August 21, 2007
As scientists, we have little training in communicating our results to the general public. Efforts like these dispatches is a great way to tell our families, friends, colleagues, and whoever stumbles upon the site about what we do and why we do it, but I can say from experience that it's not a natural thing to do. Especially in the context of global climate changes and the growing awareness of the impact of anthropogenic greenhouse gasses on our world, it is important to communicate the importance of carrying the kind of measurements we take here and share some of our results.
There is a media crew from Japan on board the Louis S. St-Laurent this year. Yuko Mukahira is the director of a documentary on the Arctic environment and our ways to study it. She works with Masakazu Nagata ("Mac"), a marine journalist and the reporter of the project, and Toshio Nagashima, the cameraman. They are collecting footage of the work we do and conducting interviews with the scientists. Their aim is to talk about the changes that are observed in the Arctic - the ice, the water properties, the fauna, the people. Toshi has beautiful footage of the ice and the ship from the helicopter and the zodiac. It will be a very interesting documentary for sure, but sadly only in japanese.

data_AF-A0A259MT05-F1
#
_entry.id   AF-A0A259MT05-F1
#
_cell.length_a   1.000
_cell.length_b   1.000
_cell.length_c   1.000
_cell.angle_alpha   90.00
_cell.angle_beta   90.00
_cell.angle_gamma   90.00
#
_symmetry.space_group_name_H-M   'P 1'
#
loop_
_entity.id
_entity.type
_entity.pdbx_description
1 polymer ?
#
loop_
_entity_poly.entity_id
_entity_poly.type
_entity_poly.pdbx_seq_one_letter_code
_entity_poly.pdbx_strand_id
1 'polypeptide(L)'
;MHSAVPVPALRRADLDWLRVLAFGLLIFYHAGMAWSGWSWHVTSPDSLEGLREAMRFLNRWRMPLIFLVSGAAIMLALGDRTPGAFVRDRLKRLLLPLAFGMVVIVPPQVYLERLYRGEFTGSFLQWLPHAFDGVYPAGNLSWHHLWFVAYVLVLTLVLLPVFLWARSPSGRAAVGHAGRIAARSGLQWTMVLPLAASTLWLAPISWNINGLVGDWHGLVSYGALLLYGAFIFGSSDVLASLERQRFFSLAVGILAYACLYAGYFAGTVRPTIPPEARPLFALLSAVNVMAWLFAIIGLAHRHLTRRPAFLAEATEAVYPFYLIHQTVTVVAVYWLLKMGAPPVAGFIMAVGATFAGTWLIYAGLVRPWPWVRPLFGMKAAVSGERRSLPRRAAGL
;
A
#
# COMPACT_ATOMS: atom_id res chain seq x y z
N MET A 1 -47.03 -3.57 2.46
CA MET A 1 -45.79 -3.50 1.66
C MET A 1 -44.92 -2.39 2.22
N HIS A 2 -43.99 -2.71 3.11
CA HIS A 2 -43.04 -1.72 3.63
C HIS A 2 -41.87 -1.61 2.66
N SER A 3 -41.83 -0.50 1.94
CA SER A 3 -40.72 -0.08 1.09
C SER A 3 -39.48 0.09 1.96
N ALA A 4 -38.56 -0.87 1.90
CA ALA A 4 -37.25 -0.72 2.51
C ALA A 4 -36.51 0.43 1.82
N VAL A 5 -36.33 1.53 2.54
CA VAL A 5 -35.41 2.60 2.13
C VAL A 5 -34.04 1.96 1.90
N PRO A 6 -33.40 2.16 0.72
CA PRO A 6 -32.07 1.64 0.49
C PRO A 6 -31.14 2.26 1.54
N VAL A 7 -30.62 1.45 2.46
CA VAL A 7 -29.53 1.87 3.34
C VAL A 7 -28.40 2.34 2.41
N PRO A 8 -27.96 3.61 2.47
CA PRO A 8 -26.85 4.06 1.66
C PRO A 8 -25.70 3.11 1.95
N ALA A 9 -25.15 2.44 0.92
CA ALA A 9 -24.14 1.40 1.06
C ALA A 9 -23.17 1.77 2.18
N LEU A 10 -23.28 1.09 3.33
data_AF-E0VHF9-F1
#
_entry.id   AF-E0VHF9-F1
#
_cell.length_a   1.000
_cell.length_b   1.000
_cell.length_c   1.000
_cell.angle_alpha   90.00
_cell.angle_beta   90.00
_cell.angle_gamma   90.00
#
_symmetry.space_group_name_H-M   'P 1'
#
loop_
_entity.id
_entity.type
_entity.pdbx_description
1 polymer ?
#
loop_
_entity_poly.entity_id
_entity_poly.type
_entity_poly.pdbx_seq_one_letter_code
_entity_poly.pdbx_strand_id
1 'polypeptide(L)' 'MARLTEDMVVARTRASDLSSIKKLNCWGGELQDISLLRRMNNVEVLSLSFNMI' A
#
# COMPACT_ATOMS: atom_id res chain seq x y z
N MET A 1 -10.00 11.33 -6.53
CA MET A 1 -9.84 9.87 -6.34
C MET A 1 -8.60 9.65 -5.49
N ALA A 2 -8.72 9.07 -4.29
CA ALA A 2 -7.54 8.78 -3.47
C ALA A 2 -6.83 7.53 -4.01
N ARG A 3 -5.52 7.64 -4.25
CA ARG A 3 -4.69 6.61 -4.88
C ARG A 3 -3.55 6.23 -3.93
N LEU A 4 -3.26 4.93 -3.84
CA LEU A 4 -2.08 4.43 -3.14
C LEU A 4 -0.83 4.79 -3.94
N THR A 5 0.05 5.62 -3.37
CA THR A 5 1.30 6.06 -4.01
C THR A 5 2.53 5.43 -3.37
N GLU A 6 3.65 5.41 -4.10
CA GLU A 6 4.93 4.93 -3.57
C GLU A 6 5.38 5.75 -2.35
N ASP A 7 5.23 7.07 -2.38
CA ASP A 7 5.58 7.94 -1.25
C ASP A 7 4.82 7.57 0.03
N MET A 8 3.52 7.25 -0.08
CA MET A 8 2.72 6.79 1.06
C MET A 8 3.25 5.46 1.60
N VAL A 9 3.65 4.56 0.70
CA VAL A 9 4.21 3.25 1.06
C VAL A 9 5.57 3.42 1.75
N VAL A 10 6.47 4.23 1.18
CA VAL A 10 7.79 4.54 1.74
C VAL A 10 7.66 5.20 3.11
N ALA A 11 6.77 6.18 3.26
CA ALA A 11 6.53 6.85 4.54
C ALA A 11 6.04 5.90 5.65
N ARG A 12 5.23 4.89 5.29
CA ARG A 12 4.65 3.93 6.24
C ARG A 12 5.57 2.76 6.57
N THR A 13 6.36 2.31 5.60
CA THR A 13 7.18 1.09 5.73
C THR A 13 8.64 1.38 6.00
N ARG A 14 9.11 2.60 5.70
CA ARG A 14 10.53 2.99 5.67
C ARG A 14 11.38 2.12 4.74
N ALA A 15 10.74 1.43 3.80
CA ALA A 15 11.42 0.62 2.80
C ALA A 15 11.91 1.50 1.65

Their program is produced by the Documentary Workshop Inc., and will most likely be broadcast across Japan on November 23rd 2007 by the Asahi Broadcasting Corporation (ABC).